You have received numerous awards and recognition throughout your Military career. What is the one accomplishment you are most proud of, and why?

I think awards and recognition are great snapshots and reminders of our past personal accomplishments and the things that shape us into the future. Each has helped me build confidence and forward momentum, especially as I reflect on the failures in-between. The ones that are the most meaningful to me, however, are the team awards and those received in leadership positions that bolstered momentum and long-term pride in the organization, its purpose, and its mission. Overall, being selected as the Deputy Chief Information Officer of the Defense Health Agency (DHA) allowed me to be in a position to facilitate change and transformation, and lead evolution across Defense and Health. My proudest accomplishment was being able to help transform the Military Health System.

As you transition to the civilian working environment, what are you looking forward to the most?

Coming over from the DHA as a Military Member, I look forward to broadening my knowledge and understanding of the work that goes on outside the Government to support our nation, and the health and wellness of our Military Members and Veterans – while simultaneously applying my experience and knowledge to facilitate results as we move forward together.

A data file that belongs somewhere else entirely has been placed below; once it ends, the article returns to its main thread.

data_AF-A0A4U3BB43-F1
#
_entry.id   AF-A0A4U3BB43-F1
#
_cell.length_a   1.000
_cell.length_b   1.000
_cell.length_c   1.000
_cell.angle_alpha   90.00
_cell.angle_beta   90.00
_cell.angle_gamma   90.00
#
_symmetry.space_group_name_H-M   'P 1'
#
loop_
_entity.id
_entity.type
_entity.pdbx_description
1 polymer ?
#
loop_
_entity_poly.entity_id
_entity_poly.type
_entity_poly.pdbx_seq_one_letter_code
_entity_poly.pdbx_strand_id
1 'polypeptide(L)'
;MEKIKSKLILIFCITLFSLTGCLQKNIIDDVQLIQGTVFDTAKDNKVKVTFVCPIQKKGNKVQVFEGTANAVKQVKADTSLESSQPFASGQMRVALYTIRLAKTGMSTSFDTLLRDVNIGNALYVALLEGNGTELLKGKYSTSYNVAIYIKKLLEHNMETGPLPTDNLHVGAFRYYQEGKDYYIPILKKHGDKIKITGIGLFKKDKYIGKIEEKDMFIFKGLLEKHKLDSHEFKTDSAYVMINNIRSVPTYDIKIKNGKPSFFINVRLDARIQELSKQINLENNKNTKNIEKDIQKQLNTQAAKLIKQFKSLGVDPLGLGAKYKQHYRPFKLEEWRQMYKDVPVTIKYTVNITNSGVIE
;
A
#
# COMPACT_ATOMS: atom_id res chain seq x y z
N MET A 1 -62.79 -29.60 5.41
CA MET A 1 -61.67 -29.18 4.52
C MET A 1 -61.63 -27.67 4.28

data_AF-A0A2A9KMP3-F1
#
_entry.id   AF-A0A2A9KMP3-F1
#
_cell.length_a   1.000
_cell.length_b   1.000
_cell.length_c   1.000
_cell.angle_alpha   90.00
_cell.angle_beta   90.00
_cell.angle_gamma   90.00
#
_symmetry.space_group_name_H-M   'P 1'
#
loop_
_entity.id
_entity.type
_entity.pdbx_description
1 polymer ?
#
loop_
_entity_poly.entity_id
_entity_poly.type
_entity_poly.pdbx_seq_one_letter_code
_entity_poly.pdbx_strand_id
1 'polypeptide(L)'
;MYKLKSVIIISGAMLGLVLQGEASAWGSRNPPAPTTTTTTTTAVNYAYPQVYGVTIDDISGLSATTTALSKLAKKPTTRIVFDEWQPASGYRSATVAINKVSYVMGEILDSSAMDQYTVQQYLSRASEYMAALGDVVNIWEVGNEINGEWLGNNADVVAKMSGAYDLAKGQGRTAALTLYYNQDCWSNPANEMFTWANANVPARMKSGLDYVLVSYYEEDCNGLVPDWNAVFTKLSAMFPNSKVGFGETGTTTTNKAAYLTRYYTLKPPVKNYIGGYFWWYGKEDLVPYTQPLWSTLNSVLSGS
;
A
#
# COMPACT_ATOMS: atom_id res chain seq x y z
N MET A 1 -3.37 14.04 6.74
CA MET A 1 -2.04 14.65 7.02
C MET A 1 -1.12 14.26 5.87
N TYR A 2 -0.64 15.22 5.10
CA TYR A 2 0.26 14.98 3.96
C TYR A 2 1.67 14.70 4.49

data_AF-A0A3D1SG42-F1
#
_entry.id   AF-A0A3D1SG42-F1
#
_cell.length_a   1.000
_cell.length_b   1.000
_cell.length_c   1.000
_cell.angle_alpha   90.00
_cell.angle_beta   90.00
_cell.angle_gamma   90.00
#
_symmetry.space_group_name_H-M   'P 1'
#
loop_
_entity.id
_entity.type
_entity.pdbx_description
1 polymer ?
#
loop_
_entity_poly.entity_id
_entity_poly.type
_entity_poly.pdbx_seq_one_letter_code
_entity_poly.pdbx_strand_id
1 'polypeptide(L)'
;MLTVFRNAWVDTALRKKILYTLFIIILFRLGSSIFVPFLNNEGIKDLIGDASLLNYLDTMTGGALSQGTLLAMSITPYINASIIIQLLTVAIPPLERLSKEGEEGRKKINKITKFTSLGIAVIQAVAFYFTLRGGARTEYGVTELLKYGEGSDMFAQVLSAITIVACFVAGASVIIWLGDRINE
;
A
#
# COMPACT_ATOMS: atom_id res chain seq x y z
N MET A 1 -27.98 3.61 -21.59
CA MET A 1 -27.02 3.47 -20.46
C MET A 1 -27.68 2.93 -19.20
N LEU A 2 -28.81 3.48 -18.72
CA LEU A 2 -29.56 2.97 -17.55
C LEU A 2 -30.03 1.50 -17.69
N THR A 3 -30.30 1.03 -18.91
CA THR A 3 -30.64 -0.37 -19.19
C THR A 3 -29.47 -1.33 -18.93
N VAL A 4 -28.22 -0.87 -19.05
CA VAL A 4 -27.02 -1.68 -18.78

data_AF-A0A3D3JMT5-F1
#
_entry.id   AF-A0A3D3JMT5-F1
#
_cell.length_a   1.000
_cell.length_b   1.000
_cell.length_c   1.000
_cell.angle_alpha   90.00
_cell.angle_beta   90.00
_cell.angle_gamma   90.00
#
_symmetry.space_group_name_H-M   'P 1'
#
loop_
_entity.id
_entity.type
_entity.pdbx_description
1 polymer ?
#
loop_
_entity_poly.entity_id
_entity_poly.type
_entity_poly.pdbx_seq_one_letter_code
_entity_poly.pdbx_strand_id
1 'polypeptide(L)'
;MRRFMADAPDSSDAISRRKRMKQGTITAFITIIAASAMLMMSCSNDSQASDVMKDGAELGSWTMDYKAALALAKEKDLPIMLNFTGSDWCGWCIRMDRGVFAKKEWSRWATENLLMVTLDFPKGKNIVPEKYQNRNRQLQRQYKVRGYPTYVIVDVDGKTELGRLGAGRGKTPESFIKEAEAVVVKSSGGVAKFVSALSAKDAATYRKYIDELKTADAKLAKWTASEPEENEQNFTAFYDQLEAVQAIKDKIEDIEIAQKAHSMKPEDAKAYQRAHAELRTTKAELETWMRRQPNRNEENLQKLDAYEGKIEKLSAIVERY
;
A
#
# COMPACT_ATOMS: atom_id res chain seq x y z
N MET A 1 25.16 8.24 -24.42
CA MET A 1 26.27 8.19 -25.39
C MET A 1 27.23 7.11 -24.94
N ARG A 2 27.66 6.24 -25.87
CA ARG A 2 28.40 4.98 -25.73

About Kevin Seeley (Ret COL)

Kevin Seeley is Vice President for Strategic Programs in the Federal Health Sector at General Dynamics Information Technology. In this role, he oversees growth projects supporting the Military Health System (MHS) and strategic opportunities for collaboration across Federal Health.

Prior to joining GDIT, Seeley was a Colonel in the U.S. Air Force, most recently serving as MHS Deputy Chief Information Officer (CIO) and Deputy Director, J6 Health IT, Defense Health Agency (DHA). In this role, he led the U.S. Armed Forces Health IT, executing an $11B portfolio supporting 699 military treatment facilities worldwide. Previous roles during his decorated career include Chief, DHA Infrastructure and Operations Division; Chief Technology Officer, Office of the Surgeon General, Headquarters U.S. Air Force; Chief Operating Officer, DHA J6 Health IT Business Support Branch; CIO, Air Force Medical Operations Agency, and Commander, 7th Medical Support Squadron.